The Whoopie Pie cookbook has 21 cake, 29 filling recipes and 20 photos. I have some issues with the book, but the recipes are crucial, so I started baking. First, I made the Classic Chocolate Whoopie Pie recipe. I made them a bit larger than the two inch diameter noted in the recipe. The cakes are really good, with the texture a cross between a cake and a cookie. Since it is summer, my intention is to use them to make ice cream sandwiches. I baked the batch and then froze them so they can be used as needed for a quick snack or dessert.
Next, I made the Pumpkin Whoopie Pies and the Classic Cream Cheese filling. The pairing is perfect and both recipes are delicious. I froze the extra pies and have the filling in the fridge, ready to prepare a pie or two. I also decided to sample a couple of the fillings, so I prepared the Tiramisu Cream and Coconut Cream. Both are excellent and either will work well with the Classic Chocolate Whoopie Pie.
While baking I discovered that if truly round whoopee pies are the goal, be careful when dropping the batter from the spoon/scoop onto the baking sheet. If the lump is oblong, the cookie will be oddly shaped, too. I tried to use a cookie scoop, but the batter is so soft it didn't work well without first chilling the batter for 15 minutes.
The recipe gives a time for the pies, after baking, to rest on the cookie sheet before attempting to remove them. Heed this time carefully, in fact, set a timer because if they stay on the sheet or parchment paper too long, they adhere themselves to it and are difficult to remove without breaking. Conversely, if removed while too hot from the oven, they are fragile and easily damaged.
The simple drawings found throughout the cookbook are very similar to some of my vegetarian/natural food cookbooks from the 1970's - Enchanted Broccoli Forest is one that immediately comes to mind. These hand-drawn illustrations, while fitting in a natural vegetarian cookbook, seem a bit out of place in a decidedly unhealthy cookie cookbook. Perhaps whimsy was the goal or a retro feel?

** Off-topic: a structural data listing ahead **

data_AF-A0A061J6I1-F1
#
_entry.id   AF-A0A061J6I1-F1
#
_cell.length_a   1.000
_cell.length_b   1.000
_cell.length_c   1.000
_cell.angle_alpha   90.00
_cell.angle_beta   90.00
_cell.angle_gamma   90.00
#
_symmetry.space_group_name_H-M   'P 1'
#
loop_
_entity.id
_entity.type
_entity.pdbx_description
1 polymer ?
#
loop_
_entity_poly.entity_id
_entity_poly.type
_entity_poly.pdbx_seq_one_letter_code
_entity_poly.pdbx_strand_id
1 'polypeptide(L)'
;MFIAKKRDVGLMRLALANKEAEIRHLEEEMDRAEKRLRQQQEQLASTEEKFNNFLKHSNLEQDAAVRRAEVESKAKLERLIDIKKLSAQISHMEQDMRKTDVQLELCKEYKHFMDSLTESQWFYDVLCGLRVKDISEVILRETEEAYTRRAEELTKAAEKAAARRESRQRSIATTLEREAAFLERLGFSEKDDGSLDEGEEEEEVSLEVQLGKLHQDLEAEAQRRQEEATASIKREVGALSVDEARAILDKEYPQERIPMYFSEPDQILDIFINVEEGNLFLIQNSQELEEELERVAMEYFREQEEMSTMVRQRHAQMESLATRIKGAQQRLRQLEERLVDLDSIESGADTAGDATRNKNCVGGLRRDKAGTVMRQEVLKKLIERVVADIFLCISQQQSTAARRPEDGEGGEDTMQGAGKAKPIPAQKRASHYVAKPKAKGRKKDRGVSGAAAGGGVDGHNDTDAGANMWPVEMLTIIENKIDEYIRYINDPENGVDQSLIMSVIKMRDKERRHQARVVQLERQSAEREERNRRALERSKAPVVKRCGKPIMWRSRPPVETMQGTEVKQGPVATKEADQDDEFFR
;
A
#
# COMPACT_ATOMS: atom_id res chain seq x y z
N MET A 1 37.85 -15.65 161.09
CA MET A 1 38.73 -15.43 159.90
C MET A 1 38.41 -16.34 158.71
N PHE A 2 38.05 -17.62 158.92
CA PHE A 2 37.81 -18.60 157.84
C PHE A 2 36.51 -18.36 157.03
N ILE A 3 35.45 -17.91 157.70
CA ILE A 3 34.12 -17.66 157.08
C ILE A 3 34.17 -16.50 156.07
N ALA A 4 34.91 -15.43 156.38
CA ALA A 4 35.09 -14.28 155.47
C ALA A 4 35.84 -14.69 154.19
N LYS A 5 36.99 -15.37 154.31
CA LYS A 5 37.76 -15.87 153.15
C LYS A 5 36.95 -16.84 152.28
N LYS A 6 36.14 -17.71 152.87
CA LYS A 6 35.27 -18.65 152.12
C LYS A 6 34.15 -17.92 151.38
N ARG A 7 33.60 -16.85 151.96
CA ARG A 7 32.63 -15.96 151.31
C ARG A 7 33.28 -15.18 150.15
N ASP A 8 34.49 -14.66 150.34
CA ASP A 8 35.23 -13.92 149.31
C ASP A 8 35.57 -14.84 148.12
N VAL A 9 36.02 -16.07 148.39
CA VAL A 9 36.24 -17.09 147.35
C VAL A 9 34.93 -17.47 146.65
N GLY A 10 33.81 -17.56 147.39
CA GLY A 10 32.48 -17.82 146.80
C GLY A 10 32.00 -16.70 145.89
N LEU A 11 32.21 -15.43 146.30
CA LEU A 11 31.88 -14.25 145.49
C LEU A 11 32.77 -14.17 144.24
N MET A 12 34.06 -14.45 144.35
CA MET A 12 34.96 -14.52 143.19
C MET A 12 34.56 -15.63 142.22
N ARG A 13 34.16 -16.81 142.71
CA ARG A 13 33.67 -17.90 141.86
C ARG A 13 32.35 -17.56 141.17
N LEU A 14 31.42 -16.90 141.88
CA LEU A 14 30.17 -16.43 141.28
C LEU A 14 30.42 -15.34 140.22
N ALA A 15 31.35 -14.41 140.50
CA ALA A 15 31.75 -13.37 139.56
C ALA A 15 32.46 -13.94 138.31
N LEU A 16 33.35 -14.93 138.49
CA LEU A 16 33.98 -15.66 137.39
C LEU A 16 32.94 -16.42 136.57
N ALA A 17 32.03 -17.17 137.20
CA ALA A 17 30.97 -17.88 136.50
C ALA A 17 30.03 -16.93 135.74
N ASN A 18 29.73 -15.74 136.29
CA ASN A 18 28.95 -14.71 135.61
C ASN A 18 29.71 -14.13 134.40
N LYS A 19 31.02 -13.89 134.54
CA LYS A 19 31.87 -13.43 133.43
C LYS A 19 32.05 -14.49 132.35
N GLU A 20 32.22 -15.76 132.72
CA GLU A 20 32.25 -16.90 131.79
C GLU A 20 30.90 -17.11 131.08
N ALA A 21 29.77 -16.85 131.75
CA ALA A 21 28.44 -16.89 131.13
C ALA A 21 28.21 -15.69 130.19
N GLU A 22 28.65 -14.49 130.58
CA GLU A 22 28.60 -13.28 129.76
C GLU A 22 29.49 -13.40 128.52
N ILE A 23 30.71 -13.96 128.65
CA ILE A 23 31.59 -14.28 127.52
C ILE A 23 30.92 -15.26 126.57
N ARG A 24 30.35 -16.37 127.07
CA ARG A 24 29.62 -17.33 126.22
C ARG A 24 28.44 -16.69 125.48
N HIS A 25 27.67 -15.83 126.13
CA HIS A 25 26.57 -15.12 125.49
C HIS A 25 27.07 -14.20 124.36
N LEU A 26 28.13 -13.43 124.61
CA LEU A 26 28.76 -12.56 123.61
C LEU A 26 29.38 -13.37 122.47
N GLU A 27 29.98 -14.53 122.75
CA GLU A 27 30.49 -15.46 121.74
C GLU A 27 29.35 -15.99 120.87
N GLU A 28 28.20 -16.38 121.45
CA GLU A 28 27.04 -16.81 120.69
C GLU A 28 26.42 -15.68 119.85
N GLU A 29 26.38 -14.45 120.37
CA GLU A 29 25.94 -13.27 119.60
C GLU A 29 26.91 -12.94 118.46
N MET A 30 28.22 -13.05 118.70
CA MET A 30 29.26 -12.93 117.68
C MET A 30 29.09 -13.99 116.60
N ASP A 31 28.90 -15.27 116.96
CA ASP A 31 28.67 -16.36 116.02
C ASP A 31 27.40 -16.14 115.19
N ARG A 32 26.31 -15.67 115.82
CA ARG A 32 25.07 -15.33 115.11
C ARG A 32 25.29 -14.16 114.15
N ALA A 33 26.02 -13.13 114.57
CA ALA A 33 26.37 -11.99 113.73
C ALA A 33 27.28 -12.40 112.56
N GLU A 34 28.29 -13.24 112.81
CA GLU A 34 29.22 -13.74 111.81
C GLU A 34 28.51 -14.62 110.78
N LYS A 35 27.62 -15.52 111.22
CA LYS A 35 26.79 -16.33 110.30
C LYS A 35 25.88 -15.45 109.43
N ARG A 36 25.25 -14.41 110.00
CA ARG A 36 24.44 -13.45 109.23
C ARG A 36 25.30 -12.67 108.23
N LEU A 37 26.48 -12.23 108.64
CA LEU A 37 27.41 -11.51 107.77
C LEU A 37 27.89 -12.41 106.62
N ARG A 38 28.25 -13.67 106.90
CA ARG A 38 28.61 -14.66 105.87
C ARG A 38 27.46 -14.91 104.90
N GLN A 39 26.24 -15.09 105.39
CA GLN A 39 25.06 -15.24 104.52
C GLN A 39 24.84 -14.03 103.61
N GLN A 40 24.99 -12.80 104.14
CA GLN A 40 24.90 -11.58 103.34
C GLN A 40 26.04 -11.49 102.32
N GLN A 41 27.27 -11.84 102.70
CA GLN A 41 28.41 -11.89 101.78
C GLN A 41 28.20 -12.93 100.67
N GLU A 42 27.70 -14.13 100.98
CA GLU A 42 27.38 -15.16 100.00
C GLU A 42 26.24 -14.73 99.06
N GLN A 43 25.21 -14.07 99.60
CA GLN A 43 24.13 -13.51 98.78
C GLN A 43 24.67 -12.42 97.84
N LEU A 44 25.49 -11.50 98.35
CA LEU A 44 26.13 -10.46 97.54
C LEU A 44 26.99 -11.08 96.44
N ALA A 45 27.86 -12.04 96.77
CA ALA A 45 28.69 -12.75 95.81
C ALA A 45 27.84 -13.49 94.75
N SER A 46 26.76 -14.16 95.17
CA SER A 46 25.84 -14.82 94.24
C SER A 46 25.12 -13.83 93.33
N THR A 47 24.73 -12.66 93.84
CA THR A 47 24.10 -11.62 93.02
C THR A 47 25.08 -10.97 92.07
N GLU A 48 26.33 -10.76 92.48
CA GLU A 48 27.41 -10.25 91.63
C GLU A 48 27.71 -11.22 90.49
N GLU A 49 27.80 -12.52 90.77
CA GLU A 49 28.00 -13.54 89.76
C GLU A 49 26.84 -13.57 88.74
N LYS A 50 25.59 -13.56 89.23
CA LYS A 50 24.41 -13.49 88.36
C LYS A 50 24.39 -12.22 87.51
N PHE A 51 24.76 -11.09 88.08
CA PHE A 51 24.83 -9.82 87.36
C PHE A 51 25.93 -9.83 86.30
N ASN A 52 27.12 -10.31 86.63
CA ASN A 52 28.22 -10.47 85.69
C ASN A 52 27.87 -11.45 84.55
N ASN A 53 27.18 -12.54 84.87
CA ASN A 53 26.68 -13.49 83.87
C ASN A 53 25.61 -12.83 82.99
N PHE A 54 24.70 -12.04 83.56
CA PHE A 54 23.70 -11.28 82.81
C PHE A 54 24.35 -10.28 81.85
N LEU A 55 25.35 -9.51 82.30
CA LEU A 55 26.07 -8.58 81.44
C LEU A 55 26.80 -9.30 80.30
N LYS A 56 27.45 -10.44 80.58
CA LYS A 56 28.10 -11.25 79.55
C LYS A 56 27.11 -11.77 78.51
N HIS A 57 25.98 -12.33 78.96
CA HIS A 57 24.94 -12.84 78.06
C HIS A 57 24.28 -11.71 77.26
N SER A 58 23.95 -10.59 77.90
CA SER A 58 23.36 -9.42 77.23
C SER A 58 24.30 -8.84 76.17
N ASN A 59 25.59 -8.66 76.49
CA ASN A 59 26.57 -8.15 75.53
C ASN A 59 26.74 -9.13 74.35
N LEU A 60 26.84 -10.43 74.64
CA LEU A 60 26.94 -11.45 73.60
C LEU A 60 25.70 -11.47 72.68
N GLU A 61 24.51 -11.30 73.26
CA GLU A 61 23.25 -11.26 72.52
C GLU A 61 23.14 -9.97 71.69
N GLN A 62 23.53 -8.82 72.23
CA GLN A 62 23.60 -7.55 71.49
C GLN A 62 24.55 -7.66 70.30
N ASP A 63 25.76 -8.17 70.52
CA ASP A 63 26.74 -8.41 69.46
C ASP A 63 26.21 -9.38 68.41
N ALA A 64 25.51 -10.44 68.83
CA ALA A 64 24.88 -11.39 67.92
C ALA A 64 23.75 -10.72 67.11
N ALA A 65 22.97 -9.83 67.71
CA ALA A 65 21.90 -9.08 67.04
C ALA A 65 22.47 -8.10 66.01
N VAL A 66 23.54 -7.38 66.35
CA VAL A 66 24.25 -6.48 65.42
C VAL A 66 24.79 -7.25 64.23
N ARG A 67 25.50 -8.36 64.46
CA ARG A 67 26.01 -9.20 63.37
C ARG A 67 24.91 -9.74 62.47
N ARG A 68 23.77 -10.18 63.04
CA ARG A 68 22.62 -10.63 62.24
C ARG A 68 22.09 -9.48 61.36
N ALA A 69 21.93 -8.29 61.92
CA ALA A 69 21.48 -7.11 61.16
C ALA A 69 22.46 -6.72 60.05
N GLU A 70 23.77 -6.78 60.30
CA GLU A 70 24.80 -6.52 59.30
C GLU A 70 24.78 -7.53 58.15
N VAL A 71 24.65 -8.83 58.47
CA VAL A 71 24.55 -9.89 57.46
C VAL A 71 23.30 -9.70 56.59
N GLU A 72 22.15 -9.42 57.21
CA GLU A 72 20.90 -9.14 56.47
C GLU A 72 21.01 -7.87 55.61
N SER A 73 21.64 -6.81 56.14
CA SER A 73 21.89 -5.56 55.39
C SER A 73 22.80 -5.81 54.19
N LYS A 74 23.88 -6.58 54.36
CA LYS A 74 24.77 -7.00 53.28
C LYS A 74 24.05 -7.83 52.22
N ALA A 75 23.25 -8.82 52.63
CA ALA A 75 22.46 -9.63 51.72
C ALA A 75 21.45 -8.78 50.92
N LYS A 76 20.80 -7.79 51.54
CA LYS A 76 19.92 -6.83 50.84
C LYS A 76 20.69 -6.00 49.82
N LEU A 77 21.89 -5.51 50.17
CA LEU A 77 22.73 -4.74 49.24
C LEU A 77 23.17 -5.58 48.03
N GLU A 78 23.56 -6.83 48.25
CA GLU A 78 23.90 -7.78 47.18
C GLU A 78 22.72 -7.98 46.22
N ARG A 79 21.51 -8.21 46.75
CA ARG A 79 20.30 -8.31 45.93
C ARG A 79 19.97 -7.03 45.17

Other reviewers have complained about the brown pages, small sized fonts and white and pink ink, I agree. The light colored ink is something I am seeing more and more in cookbooks. I assume the publisher is trying to make it difficult to photocopy the recipes, and that may effectively disarm a potential thief, but it also causes difficulty for the people who actually purchased the book.
The cover of a book must grab a reader's interest, but I wish publishers would leave their style concerns right there -- on the cover. Cookbooks are tools, and although they don't need to be unattractive, the pages should be easy to read from a standing position while the book is on the kitchen counter, otherwise the user is wasting time and could potentially make mistakes. They should be designed with the user in mind and have decent sized fonts in black ink, with lots of photographs of the finished recipes. Obviously, lots of photographs in a book like this one, where everything ends up looking like a Whoopie Pie isn't an issue, as it would be with other cookbooks. Twenty photographs are plenty.
Twenty-one cake recipes would produce a very slim volume, but separating the fillings and cakes gave the book more weight - unfortunately that decision causes inconvenience for the user having to jump from the cake recipe to a selected filling. The separate cake and filling recipes provide endless combinations, and although some are obvious, suggestions from the authors would have been a welcome addition. After all, they prepared each and every recipe and undoubtedly experimented with different cakes and fillings the user might not think to try.
The recipes I prepared worked well. The book is cute and like most specialty cookbooks, for the right recipient, it will make a nice gift.